Nini’s Farwell

kid climbing on ladder on playground

Our daughter was a self-soother from the moment she arrived in this world. Born in April of 2020, we were hit on all sides with discomfort, fear, and loneliness. It was just us two, snuggled away in quarantine in a little hospital thirty miles from home. I did the very best I could to bond with and comfort her, but the delivery was cesarean, and I was in rough shape. With no family present to help shoulder the burden of constant diaper changes and feedings, I had to rely on the sparsely staffed nursing staff. Needlessly to say, it was a rough experience that I wish never to repeat.

The trauma of it all was lessened significantly by the fact that our daughter was a warrior. She cried a bit when hungry or wet but otherwise she just slept. Carefully, sucky on her middle finger she suckled her way to comfort. It’s like she understood that there was nothing we could do to remedy our situation but wait for it to pass.

Sadly, I have very little to say about the next nine months. Post partum depression claimed me and with the rest of the world locked away in quarantine, the chaos that is caring for a newborn fell squarely on my husband. He rose to the occasion, quit his job, and took over as mother and father while I recovered.

When the fog that prevented me from fully participating in my own life, finally lifted, I had a lot to learn about our little girl. One of the first things that became crystal clear was that our little bundle of joy LOVED her “Nini”.

The word “nini” is not a word we would have chosen for a pacifier. Our son had a teacher who called the pacifier a “nini” and it stuck. I did try and replace the word with something more familiar to us like “pasi” or “nuk” but I failed. The teacher, who’s name I can’t remember, bestowed onto our family the word “nini” for pacifier and that was the end of it.

Our daughter never lost her nini. She always knew where it was and would hold onto it in her hand when she wasn’t sucking on it. Compared to our son who had a period where he probably lost three ninis a week; her awareness of her nini was nothing short of a miracle.

In almost three years, I’ve purchased three packs of ninis, which were three different sizes. As far as I know, she’s only lost one nini and that wasn’t really lost, she just dropped in a full toilet, and we cut our loses.

Due to her affinity for ninis, she has had several injuries that were made much worse because she had one in her mouth at the time. I made rules like she could only have them at bedtime, in the car, or nap time, but my rule was inevitably eroded in a way that only a two-year-old can provoke.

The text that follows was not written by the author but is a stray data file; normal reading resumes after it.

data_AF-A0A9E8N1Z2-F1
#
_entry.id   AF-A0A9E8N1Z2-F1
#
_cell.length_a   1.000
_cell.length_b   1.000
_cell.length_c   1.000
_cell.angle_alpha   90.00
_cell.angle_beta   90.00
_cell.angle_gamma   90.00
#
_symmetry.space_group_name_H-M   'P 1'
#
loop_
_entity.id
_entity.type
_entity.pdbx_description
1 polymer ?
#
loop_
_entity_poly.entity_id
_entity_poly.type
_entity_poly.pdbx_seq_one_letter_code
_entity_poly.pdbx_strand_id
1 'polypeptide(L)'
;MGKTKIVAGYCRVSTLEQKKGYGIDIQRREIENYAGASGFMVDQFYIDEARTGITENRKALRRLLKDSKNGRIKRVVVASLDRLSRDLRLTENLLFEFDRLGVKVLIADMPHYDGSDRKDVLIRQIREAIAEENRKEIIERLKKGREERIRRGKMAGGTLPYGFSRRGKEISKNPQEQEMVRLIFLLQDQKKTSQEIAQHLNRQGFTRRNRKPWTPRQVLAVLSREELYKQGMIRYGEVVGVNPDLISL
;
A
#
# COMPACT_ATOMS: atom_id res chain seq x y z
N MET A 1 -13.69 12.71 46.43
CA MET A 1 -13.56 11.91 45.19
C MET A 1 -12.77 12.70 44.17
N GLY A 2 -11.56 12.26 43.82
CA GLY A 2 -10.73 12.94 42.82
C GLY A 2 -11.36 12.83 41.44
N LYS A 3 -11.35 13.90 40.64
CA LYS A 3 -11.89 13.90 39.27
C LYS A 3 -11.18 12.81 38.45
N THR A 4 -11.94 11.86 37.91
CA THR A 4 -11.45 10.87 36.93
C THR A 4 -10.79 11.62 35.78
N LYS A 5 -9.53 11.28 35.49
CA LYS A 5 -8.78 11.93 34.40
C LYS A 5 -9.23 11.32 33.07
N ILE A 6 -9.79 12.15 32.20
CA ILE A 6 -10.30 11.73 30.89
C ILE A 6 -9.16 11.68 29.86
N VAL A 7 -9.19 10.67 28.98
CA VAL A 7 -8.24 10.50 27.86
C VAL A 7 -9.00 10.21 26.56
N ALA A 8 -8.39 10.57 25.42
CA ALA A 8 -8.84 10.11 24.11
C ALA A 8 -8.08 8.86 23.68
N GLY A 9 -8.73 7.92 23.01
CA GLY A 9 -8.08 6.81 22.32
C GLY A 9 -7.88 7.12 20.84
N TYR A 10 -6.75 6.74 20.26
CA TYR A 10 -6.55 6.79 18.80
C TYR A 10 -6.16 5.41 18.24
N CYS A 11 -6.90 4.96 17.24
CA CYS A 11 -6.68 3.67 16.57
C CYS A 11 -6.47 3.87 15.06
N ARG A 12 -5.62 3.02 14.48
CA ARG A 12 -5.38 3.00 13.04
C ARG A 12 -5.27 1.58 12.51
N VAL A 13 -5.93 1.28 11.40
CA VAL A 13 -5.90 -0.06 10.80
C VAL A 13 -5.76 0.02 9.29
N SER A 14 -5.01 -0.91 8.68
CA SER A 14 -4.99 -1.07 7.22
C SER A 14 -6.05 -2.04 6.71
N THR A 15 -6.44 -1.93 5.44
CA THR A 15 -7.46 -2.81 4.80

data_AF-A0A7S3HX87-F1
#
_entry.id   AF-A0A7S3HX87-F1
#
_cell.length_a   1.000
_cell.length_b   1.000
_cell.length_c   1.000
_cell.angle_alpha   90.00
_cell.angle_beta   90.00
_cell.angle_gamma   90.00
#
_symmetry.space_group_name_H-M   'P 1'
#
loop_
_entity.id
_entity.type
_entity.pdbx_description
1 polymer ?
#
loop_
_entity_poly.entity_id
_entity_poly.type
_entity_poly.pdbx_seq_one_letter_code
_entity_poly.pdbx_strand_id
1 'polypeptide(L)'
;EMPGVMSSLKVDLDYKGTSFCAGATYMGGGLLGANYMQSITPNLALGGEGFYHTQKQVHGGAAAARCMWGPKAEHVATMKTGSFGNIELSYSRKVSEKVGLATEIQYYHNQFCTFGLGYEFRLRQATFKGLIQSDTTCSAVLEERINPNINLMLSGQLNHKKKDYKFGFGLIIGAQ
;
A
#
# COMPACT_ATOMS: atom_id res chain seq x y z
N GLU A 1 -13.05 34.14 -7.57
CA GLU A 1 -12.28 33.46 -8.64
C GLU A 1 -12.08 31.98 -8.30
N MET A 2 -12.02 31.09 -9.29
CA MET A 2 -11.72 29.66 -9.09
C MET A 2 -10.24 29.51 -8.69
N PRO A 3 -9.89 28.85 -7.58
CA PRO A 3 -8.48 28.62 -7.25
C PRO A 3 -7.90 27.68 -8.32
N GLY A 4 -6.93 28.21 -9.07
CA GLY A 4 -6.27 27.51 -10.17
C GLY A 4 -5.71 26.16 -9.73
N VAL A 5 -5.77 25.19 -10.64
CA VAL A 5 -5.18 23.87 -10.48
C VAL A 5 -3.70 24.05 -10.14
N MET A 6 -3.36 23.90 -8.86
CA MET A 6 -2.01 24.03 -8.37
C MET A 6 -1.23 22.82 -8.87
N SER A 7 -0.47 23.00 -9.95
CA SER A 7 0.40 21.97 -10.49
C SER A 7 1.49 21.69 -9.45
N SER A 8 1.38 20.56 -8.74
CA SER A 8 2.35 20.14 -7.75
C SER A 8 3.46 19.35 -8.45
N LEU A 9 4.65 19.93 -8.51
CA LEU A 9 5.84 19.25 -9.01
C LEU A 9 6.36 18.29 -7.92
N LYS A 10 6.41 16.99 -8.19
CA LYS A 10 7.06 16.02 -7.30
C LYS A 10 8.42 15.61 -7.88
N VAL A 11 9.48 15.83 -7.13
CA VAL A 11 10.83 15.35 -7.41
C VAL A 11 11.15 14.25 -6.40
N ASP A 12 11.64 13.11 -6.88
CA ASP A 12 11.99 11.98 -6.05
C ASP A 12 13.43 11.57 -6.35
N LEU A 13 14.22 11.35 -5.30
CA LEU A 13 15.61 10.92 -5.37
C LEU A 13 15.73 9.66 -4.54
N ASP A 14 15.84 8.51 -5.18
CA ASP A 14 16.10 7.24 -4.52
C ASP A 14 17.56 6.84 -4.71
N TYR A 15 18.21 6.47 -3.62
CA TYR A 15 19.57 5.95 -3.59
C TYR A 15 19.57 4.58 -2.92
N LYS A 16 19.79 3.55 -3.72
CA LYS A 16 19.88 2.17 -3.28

We had a babysitter that “helped” the process by cutting some of her ninis. This resulted in our daughter feverishly hiding ninis all over the house. While she never used a nini at school because they are not allowed, she almost always had one in her mouth, hand, or nearby, at home. We talked about weaning her off by trying to temp her with gifts and praise. One time I told her that if she gave up her nini, she could have anything she wanted. She promptly handed me her nini and then said that for her “prize” she wanted “more ninis.”

Last night she fell and hit her face against the wall with a nini in. There was blood and loose teeth. Something that we are all too familiar with. With her third birthday less than a month away, I decided it was time to say farewell to nini. There were lots of tears and hitting and crying. But then finally there was acceptance and cuddles. She slept with few disruptions through the night. She did it. What a big girl!

This morning she proudly exclaimed that her mouth was all better now and that she wanted her nini. We explained that she would not be getting it back. It seems, at least for the time being, that she understands and accepts no more nini.

Reassurance. Security. Comfort. Those are just some of the things I imagine the nini gave our daughter. Independence. Self-assurance. Confidence. Are some of the things I imagine she will gain now that she has said goodbye.

This morning, I was in the car and mentioned something about the blog I wrote yesterday. My husband remarked that it was the first blog I had written, in almost a year, that I didn’t have him proof read before I posted it. He said that he thought I was finally confident enough to put my writing out there without needing his validation.

There was no plan to stop having my husband proof my blog. I have started writing at the library everyday to help with my focus and to reduce the amount of snacks that I seem to find while writing at home. Circumstance made the decision to stop having my husband proof my blogs.

Progress isn’t always linear. Had I set out to stop having my husband proof my blogs, I may have been anxious or unsure about it. I am dyslexic after all.

My husband was my nini in a manner of speaking. My reassurance. My comfort. My security. I trusted that if my writing was garbage or offensive or misleading or just plain ineligible, he would tell me. He would stop me. But as time progressed it just became more of a habit than a necessity.

So, it seems that yesterday, both my daughter and I, said farewell to our ninis. Leaving behind our illusion of reassurance, comfort, and security. We now venture out into the world with a new self-assurance as “big girls” with a boost of confidence.

Today, I will remember that going out into the world without a nini can be scary. But that it is necessary for growth. There will be times when life seems crooked and our insides don’t match our outsides, but these moments are fleeting if we let them be. Farewell Nini!

One response to “Nini’s Farwell”

  1. Avery enjoyed reading this!

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